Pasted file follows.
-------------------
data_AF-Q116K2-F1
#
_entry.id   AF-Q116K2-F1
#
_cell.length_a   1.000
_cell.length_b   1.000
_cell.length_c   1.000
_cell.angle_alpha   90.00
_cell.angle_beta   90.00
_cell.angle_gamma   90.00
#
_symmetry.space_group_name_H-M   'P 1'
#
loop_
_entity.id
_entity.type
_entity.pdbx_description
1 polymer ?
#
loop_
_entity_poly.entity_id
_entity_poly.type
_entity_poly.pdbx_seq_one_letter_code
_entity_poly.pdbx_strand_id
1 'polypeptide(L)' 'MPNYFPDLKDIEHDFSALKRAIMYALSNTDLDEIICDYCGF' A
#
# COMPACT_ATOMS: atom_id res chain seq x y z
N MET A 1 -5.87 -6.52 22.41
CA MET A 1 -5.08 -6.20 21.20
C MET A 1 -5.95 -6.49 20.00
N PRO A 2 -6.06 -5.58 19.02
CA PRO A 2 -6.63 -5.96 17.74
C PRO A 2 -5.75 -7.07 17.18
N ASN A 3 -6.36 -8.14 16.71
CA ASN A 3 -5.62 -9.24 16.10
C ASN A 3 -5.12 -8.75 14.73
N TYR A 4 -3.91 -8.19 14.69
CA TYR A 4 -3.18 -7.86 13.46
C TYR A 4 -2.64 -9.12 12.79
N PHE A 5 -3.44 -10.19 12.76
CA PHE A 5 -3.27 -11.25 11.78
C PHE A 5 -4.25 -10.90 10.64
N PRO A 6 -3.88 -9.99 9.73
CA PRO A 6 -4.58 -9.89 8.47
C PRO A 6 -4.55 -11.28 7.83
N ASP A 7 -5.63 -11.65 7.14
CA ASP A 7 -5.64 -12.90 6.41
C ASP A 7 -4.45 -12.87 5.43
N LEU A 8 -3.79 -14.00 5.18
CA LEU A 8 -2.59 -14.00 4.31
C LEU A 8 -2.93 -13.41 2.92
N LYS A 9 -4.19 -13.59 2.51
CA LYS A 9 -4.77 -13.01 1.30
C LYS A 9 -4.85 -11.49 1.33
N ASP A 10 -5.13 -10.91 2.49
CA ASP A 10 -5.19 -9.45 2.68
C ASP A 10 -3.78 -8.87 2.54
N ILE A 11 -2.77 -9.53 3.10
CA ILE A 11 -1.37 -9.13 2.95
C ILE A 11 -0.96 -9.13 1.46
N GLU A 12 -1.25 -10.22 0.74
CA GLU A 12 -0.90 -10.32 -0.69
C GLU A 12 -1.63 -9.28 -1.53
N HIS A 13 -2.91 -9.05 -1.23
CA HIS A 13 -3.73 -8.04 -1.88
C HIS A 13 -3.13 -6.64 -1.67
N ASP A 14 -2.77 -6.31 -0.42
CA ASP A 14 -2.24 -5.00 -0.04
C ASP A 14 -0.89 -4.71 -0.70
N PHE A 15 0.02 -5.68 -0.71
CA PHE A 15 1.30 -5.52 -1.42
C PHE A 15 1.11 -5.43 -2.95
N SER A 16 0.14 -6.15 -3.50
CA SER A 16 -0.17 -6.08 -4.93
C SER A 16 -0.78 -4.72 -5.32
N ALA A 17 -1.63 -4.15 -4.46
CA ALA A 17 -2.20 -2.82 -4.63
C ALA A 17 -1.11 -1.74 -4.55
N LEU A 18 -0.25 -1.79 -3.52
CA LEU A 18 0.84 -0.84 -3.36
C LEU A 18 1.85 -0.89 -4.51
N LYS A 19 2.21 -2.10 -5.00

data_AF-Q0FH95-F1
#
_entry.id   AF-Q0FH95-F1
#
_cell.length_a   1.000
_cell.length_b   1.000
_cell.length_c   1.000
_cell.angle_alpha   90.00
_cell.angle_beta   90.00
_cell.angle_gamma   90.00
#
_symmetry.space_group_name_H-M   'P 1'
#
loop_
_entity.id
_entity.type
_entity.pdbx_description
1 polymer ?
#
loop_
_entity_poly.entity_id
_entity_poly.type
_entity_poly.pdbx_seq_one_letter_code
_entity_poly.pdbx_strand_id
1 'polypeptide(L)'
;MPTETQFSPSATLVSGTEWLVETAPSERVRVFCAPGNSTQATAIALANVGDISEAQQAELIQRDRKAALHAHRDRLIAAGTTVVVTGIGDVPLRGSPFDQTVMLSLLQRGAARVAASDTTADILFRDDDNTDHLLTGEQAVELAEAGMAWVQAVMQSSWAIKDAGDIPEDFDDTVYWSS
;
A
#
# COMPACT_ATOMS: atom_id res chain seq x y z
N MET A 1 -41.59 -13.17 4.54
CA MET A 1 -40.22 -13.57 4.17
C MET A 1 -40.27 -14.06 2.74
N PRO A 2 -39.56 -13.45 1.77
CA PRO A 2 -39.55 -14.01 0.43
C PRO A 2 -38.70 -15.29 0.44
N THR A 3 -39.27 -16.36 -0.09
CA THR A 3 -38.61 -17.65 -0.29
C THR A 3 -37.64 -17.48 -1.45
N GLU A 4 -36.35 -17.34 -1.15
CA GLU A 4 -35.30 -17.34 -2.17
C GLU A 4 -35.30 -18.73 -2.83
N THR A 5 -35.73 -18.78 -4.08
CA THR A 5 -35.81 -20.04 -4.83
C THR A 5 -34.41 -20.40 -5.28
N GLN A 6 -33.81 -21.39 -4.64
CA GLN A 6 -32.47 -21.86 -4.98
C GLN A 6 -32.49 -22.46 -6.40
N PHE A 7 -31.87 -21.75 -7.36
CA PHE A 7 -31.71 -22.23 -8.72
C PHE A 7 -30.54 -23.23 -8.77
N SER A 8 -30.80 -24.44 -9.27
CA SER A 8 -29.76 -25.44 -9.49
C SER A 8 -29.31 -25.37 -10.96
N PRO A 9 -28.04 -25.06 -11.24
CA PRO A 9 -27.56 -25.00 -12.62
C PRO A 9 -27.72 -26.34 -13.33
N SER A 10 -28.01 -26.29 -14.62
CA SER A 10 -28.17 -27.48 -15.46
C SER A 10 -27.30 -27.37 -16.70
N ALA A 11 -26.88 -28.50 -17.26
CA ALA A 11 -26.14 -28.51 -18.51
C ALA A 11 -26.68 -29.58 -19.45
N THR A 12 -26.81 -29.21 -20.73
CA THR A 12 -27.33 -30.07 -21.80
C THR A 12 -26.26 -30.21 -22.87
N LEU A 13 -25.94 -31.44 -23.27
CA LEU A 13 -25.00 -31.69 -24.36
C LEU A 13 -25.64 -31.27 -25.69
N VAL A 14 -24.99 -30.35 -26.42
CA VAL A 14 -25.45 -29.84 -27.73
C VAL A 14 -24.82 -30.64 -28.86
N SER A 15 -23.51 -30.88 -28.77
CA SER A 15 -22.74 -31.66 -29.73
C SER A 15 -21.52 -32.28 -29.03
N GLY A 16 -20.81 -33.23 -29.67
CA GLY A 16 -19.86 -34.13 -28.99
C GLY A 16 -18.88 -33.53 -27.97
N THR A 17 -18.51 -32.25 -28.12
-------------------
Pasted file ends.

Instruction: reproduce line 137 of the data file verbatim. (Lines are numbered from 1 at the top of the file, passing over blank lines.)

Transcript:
N PRO A 9 -28.04 -25.06 -11.24